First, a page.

Friday, 4 June 2010

This could be worth a look

Bust of Governor Arthur Phillip, in front of the MCA at CQ
Each week in May, we tramped the city trying to recreate in our mind's eye what the landscape looked like when the first settlers arrived and for, say the next 22 years until the arrival of Governor Lachlan Macquarie in 1810. So what did the first governor, Arthur Phillip go on when he sailed out of Botany Bay looking for a better site to found a penal colony, one that offered more protection and fresh running water?


He HAD to have sailed up this stretch of coastline along South Head, saw a likely opening and nipped in for a look-see. Maybe there have been imperceptible changes to these cliffs. 'Here's a go lads. Let's have a captain-cook in there.'


Ahh, changes to the plateau, but not necessarily to the cliffs. Up on that plateau, both Phillip and Macquarie, and the governors in between, stationed lookouts. They were looking out for supply vessels for food and for word from 'home'. Run a flag up a pole or light a fire, and pretty soon those folk down at the cove would see the signal. The signal station and the lighthouse are in the spots of the originals. There is a coastal walk right along these cliffs.


See the CBD and the bridge way off there in the distance? The signal from South Head got there fairly quickly. As the crow flies, it is about 8 miles. But try to remove all the man-made structures. This is a massive drowned valley, as deep and as wide as the Grosse Valley in the Blue Mountains. It was heavily wooded, mainly with Terpentines which are a variety of eucalypt (gum).


So Phillip in his row boat with his soldiers straining like banshees at the oars, rowed around the tip of South Head. Around where the Hornby Light now stands in all its barber-shop gaudiness. Do a mental Photoshop and take the layer out that contains anything manmade. But but but ... be careful with the colour green that you use to replace that layer.

Lycett's aquatint the property of the Dixon Library, State Library of NSW
One Joseph Lycett tried to reproduce what he saw on South Head in about 1825. Still pretty wild and wooly. But he got the green wrong. This is the green that you might see in fields in England. In Australia, the natural green is more olive or grey-blue. Not sure about the vegetation that Lycett has included either. Yes there is a lot of stunted scrubby stuff out on South Head. It catches the full force of the southerly winds which are laden with salt. But, there are eucalypts out there, too.

It was a gutsy call by Phillip.

16 comments:

biebkriebels said...

Love your history stories and your beautiful photo's. It is like reading a magazine.

Andrew said...

I've seen photos of the south heads in the early part of twentieth century through to the mid twentieth century and it had little of vegetation that it now has, and nor is the vegetation thick in the painting from 1825. Coastal revegetation may have gone a bit too far.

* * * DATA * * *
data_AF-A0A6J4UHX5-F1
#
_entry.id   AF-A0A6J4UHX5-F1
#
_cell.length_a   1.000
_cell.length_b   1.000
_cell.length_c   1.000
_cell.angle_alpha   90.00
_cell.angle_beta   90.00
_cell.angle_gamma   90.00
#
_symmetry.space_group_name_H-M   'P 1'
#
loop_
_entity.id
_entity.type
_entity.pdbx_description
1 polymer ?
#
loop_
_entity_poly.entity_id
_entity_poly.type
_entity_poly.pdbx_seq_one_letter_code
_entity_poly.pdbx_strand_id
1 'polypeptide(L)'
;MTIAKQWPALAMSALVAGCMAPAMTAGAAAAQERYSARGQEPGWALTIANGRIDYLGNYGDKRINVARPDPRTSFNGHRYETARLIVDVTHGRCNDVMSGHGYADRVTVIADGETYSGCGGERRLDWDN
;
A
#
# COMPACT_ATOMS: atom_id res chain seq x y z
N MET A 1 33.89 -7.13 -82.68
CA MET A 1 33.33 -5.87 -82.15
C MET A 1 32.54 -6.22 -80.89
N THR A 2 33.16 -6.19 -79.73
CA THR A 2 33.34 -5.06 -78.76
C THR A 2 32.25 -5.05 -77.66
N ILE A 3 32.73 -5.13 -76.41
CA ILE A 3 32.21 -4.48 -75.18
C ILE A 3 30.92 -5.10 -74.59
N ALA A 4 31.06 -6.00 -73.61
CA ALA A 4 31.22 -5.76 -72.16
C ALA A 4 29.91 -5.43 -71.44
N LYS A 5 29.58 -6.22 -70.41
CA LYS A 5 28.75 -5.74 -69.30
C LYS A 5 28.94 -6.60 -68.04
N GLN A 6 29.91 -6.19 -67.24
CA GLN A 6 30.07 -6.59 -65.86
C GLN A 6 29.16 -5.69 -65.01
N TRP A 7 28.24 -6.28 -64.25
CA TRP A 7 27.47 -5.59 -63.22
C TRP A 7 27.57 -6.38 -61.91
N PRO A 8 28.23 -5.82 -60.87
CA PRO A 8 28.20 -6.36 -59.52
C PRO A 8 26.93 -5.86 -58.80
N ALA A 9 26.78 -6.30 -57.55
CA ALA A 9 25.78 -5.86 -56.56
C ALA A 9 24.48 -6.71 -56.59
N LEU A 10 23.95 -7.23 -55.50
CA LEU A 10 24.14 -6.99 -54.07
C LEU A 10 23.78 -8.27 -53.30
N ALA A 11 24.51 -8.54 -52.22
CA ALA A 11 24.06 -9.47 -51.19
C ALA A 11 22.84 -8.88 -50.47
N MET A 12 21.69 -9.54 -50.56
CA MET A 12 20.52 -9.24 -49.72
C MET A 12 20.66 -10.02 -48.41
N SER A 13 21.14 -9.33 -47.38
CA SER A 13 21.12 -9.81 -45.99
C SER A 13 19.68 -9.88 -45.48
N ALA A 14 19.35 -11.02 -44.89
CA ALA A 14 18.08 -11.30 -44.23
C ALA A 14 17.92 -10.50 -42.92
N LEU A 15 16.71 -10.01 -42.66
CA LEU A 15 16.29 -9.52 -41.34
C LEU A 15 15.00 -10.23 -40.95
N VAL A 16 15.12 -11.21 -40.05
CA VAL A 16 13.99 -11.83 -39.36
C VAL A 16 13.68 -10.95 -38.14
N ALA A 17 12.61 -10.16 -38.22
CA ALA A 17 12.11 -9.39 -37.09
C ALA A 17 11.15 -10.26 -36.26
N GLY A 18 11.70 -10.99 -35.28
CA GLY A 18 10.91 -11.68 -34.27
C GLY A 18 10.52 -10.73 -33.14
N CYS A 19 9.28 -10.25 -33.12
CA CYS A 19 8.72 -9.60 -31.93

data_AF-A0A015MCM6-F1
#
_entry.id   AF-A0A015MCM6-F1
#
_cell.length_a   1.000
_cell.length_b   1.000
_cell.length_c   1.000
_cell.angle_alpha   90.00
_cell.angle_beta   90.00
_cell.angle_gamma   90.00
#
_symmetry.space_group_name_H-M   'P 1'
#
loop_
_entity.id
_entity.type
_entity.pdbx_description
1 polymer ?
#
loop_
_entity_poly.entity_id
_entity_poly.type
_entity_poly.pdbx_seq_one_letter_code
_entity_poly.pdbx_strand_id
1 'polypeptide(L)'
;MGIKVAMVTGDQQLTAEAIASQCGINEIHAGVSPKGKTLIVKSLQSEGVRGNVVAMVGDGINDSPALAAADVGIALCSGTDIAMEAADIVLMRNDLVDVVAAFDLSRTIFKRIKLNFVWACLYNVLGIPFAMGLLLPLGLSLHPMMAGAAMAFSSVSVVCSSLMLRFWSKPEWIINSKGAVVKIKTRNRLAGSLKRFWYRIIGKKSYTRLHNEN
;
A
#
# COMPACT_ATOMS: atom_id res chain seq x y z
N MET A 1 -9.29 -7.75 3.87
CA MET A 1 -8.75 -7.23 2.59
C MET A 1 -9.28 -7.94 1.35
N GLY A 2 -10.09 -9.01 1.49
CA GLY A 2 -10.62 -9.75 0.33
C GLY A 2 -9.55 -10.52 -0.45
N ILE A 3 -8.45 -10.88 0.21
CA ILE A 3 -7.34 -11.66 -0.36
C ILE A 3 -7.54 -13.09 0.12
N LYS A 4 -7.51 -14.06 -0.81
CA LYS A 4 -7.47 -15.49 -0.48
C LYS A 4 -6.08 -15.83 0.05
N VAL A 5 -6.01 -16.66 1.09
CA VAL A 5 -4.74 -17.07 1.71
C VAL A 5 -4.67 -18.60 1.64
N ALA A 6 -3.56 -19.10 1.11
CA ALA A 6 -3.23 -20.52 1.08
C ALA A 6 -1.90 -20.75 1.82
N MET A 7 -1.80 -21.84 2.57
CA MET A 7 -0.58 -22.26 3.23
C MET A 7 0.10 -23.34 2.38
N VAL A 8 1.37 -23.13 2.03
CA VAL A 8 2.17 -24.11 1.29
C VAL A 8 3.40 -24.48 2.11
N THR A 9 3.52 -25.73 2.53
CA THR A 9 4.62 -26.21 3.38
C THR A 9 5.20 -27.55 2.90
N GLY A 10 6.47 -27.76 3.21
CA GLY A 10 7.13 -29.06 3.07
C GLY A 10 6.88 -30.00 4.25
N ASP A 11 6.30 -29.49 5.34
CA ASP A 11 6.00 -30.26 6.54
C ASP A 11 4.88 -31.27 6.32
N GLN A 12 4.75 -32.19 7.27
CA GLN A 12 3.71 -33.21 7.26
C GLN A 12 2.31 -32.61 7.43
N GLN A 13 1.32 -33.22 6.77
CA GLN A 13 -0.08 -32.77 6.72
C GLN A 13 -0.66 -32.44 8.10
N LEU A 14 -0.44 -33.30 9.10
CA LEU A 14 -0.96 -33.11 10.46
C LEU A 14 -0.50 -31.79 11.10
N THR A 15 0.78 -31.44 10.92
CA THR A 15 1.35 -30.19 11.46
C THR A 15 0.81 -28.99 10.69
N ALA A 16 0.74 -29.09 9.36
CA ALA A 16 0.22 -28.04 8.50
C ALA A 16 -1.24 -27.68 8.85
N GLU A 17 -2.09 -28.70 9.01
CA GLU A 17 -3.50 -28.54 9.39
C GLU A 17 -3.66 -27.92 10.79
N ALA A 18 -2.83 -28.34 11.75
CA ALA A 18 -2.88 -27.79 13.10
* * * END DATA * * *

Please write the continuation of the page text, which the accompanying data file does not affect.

Julie said...

That is interesting, Andrew. I will try to find an old photograph and, if it adds to the discussion, include it in thre post as well.

Miguel Martinez said...

Beautiful photos

Tulsa Gentleman said...

Most of what I know about Sydney has come from your blog. The idea that trees grow a different shade of green there is interesting.

J Bar said...

Great scenic shots Julie. Your historical facts are always interesting and appreciated.
Sydney - City and Suburbs

Jayne said...

I've heard the same thing as Andrew stated, that many coastal areas (here in Vic and around Oz) were not as heavily vegetated as they are now.
Love the photos and your post :)

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brattcat said...

"Let's have a captain-cook in there?"...is that a Julie-ism? This is an excellent post by a photographer/writer who is not 'green' in any way.

Julie said...

Hah ... no it is the Australian version of rhyming-slang: captain-cook look.

Joan Elizabeth said...

I wonder if they were able to admire the scenic beauty of it ... or whether it was so alien it didn't seem beautiful .. or perhaps too busy worrying about water and people to care. Your story has got me thinking.

The harbour is beautful but I would not want to see the Grose Valley full of water :-)

lewi14 said...

I saw wonderful shots. Great.

diane said...

Great shots, great harbour. I have always loved reading about this part of Oz history. I don't know about the idea that there wasn't much vegetation then but I do remembering studying Australian Art. In those days artists painted Oz scenes in English colours with English vegetation and English light. They didn't know how to capture the bright light and the strong colours. Also,they thought the Englishization (I made that up) of the Oz scenes would be more acceptable by the English public. They thought the public wouldn't believe that is how it was here and think the artist was making it up.???? Something like that.

Julie said...

Yes. I agree Diane. The Englishization of the Australian landscape is a problem for us to come to terms with. They did not paint what they saw. They painted what they saw through a filter - a northern hemisphere filter.

Leif Hagen said...

I especially like the photos of the magnificent cliff! A wonderful series of snaps!

Jingle said...

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two awards on the bottom,
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